In the 1990 Daytona 500, champion driver Dale Earnhardt seemed on course to end his frustration in NASCAR’s biggest event. He held the lead roaring down the backstretch on the last lap. Suddenly, Earnhardt slowed with a blown tire.

The lead was inherited by Derrike Cope, who charged to the checkered flag to score one of racing’s biggest upsets.

Parrott was Cope’s crew chief.

MORE: NASCAR Power Rankings: Memorable quotes through the years

In 1984, Richard Petty edged Cale Yarborough to win the summer race at Daytona International Speedway. It was Petty’s 200th – and final – win.

Parrott was Petty’s crew chief.

Those victories were high marks in a long pit-road career that saw Parrott’s drivers win dozens of races. He worked with, among others, Darrell Waltrip, Rusty Wallace, Jeff Burton and Petty and for team owners Jack Roush and Roger Penske.

Parrott remains active at 83, although he admits to having moved to a slower gear.

“I haven’t been living on the edge,” Parrott told NBC Sports. “I’ve been taking it really easy. I told my sons when you get to be 80 you can do anything you want because basically you’ve already done it.”

MORE: NASCAR, ARCA 2023 schedules

His strongest current connection to NASCAR is as a voter in the annual Hall of Fame balloting.

After more than 20 years roaming pit roads as a crew chief, Parrott moved into a general manager role at Roush Racing in 1997. He retired four years later and didn’t look back.

“I finally told Jack one day, ‘I don’t have time to ride my motorcycle,’ ” Parrott said. “He looked at me and said, ‘What do you want to do about it?’ I said, ‘I’m ready to retire.’ He told me I could work whatever schedule I wanted, but I decided that was it. I didn’t have a going-away thing or whatever.”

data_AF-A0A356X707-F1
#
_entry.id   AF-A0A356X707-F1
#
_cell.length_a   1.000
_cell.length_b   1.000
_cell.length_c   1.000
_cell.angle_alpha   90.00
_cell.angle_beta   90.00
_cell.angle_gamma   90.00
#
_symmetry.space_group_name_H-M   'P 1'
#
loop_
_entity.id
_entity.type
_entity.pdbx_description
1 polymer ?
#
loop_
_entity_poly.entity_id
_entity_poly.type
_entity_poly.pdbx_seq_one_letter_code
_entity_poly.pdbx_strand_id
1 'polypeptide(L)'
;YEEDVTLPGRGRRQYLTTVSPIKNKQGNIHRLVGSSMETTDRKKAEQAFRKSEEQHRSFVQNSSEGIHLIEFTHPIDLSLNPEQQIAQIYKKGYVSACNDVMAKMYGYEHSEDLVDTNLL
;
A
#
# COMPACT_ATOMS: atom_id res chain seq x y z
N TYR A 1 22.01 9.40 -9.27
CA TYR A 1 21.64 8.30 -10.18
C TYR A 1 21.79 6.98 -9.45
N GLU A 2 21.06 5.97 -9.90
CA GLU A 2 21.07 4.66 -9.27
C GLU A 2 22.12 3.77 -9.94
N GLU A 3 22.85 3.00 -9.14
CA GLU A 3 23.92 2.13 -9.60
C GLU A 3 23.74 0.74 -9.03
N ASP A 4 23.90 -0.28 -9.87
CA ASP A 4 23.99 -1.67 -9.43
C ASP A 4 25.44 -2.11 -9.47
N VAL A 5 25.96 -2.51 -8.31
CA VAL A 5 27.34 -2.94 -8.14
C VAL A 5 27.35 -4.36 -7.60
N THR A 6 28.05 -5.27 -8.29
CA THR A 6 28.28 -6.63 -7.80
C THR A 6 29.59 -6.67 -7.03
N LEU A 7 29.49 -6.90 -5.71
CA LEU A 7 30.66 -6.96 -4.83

Parrott spent much of the next 15 years traveling with his wife, Judy, who died in 2016, and playing with his grandchildren.

“I had a great time in retirement because Judy was ready and I was ready,” he said. “We had a lot of fun. We’d go to Florida for two and three months at a time. I’m so happy that I didn’t hang on and go to the shop every day and try to find something to do. I spent that time with Judy, and we had 16 years of good retirement.”

Parrott, a native of Gastonia, N.C., lives in Statesville, N.C. His sons, Todd and Brad, also were NASCAR crew chiefs.

MORE: Jody Ridley’s Dover win an upset for the ages

Parrott is perhaps best remembered as crew chief for Rusty Wallace, Team Penske and the No. 2 black cars sponsored by Miller Lite. From 1992-94, they won 19 races and were consistently competitive at the front.

“I still get a lot of cards sent to me to sign from those years,” Parrott said. “I can say that was some of the happiest times I had. Those years with Rusty – and then with Jack Roush – really stand out. And who in the hell could not have fun having a beer sponsor?”

 

 

NASCAR Awards to air at 8 p.m. ET Saturday on Peacock

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NASHVILLE, Tenn. — Joey Logano didn’t need much time to answer the question.

Who would the two-time Cup champion want to introduce him at the NASCAR Awards?

Racing icon Mario Andretti, Logano immediately said. 

And there was Andretti on the stage at the Music City Center introducing Logano, the 2022 Cup champion. Watch that and the rest of the night’s festivities at 8 p.m. ET Saturday on Peacock. You can order Peacock here.